Peabody Johns Hopkins University Magazine

Reference Better

Reference Better

Arthur Friedheim Library, Hopkins Symphony partner to update underrepresented musicians’ Wikipedia entries

The Arthur Friedheim Library at the Peabody Institute and the Hopkins Symphony Orchestra team up for Canons Away, a Wikipedia Edit-a-thon focusing on historically underrepresented composers and performers on Saturday, January 28. From 10 am to 4 pm, students, staff, faculty, and community members can drop by the Friedheim library for free snacks and swag and a brief Wikipedia editing workshop from experienced editors.

Students crowd around a laptop with a large screen showing musical notation behind them
Students working on projects at the Friedheim Library’s 2020 PeabodyHacks hackathon

HSO General Manager Rafaela Dreisin (MM ’10, Trumpet) and Friedheim Outreach and Instruction Librarian Andrea Morris (MM ’19, Oboe, Musicology) organized the event to expand knowledge about overlooked and understudied artists on one of the most visited websites in the world. “Wikipedia is the go-to place to quickly look up information,” Dreisin says, adding that when she worked for the Baltimore Symphony Orchestra and wrote program notes and audience development copy, she’d often turned to Wikipedia as an initial research stop. “I noticed that for historically underrepresented composers there’s a lot of information often missing.”

Such information gaps exist inside the academy as well. Music scholars and educators such as Peabody Music Theory Assistant Professor Paula Maust (MM ’16, DMA ’19, Harpsichord) and her Expanding the Music Theory Canon website are actively updating and diversifying the composers that music educators teach and students study, and when the educators need to be educated, general public awareness can lag behind. Both Dreisin and Morris recalled a Wikipedia edit-a-thon at the Baltimore Museum of Art devoted to African-American artists with work in the museum’s collection and the Baltimore chapter of the Art + Feminism project, a global effort that has created or improved more than 100,000 Wikipedia articles about artists who identify as women as ways to expand Wikipedia entries.

The Canons Away edit-a-thon is a first step toward addressing a few of Wikipedia’s composer and performer gaps, and Morris notes that there are different approaches to consider. She and Dreisin are generating a list of underrepresented composers and performers who don’t have as complete a Wikipedia entry as they could. Wikipedia’s own Citation Hunt feature also allows editors to search the site to see entries that need better sourcing, making the Friedheim Library a great partner and location for the event. “We have access to resources so people can go into the stacks and check a book or pull up a journal article online as they are editing Wikipedia,” Morris says. “And the ALF has staff who can show anyone how music research is done.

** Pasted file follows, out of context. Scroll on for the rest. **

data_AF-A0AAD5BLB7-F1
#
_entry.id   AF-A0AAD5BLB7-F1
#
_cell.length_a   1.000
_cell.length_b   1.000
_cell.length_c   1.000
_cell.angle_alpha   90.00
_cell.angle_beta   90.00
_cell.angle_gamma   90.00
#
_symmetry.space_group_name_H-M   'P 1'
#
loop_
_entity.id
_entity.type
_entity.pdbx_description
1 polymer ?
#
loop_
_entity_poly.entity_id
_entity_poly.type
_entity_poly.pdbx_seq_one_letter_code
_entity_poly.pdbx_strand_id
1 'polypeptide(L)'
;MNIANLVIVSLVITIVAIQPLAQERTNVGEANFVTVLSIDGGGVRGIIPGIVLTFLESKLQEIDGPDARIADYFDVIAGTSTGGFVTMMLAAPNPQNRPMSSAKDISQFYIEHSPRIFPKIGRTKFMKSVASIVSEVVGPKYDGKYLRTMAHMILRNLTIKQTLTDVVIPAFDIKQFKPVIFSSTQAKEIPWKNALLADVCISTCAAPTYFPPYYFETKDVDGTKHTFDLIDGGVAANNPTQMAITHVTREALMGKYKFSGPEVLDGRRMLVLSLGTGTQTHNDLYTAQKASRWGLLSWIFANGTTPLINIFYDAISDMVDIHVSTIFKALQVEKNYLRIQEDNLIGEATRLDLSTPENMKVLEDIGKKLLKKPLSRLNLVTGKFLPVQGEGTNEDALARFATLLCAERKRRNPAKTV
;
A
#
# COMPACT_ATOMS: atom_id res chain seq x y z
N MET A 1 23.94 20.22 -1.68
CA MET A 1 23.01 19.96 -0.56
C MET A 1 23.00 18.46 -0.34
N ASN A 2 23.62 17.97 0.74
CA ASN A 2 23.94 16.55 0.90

“That’s the lofty information literacy goal of this event—to have Peabody students or HSO or community musicians learn the importance of citation, and that what you’re citing tells part of that story in a very specific way,” Morris continues. “It’s teaching students in all their diverse personalities and identities how to look at sources and ask, Is this really where I want to direct readers to learn more about [composer] Florence Price? So they’re learning a little bit about Wikipedia, a little bit about being part of these conversations, and a little bit about doing music research.”

While the edit-a-thon runs all day, Dreisin and Morris are hoping people stop by casually to contribute as much or as little as they wish. The goal isn’t simply to improve the Wikipedia entries for a handful of composers; it’s to bring more diverse expertise to music history’s documentation. “I think we think of history as a list of facts but there’s a human element in how we are telling it,” Dreisin says. “Wikipedia editing democratizes the process of who is keeping track of what’s important and how things happened.”

by Bret McCabe